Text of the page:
How To Help Children Deal With Losing A Pet

Children Losing A Pet

Losing a pet is a very traumatic experience for anybody. For a child, however, it is oftentimes his or her first encounter with losing a loved one. The child most likely grew up with the pet and developed a loving bond with it. He or she may even relate with it as a best friend. This is the reason that it is so important to make certain that we, as parents, help our children learn to grieve properly. What we teach them now about grief over the loss of a pet will stick with them for life, and have a dramatic impact on how they cope with death in the future.

As parents, we are typically inclined to safeguard our children from any talk of grief or death. Most experts, however, contend that this merely exaggerates a child’s uncertainty and confusion. Using phrases like ‘he died’ or ‘he is dying’ is actually a positive way to discuss death. Although a child may be unable to truly grasp the concept of finality, it at least paints a realistic picture of what occurred. On the other hand, telling a child that ‘he was put to asleep’ can potentially link a negative connotation to the act of sleeping. For instance, the child may develop a fear of going to sleep.

Suppose that a pet is dying from either old age or illness, and the veterinarian has recommended euthanasia. We can help our children understand the decision-making process by including them in the discussion. Veterinarians have extensive experience in describing animal illnesses and euthanasia to young children, and most are more than willing to answer any questions that a child may have.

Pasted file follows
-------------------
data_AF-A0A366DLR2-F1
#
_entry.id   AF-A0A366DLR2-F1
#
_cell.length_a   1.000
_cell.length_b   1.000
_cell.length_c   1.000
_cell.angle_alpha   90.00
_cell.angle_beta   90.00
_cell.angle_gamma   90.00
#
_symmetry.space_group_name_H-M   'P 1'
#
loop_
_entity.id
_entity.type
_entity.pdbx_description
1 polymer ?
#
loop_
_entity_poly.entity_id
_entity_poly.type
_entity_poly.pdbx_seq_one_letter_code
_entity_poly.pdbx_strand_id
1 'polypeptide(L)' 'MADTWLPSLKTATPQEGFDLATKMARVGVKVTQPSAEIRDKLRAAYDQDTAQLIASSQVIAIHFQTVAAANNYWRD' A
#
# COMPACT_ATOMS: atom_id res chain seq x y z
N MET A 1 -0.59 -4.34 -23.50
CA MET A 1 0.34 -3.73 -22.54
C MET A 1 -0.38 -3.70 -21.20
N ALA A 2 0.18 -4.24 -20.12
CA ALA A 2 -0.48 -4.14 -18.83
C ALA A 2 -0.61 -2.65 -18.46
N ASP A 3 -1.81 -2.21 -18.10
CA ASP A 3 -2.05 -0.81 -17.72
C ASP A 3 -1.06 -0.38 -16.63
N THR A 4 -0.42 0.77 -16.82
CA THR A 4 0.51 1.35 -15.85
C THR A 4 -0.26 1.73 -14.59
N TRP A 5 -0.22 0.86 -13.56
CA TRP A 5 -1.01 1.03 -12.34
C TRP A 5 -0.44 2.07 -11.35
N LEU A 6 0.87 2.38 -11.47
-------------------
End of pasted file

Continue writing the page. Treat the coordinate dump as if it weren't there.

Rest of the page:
It is also important that we encourage a free expression of emotions from our children. If a child, for instance, is unable to convey his or her confused feelings verbally, then he may opt to draw a picture instead. We, as parents, should also express our feelings of loss and grief. Otherwise, our children may associate our apparent detachment with proper grief management.

A confused and impatient child might also begin demanding that we purchase another pet. However, no matter how many tantrums that a child throws, it is vitally important to avoid bringing home a new pet. The process of grief over the loss of a pet must continue undeterred. Under no circumstances do we want our children to learn that a lost loved one can instantaneously be replaced.

In conclusion, I want to state that losing a loved one is a natural component of life. But, by the same token, so is recovering. By sharing our grief over the loss of a pet with our children, we are teaching them a valuable lesson about life and death. This is a lesson that will stick with them throughout their life, and one that they will remember when we ourselves, as their parents, pass.

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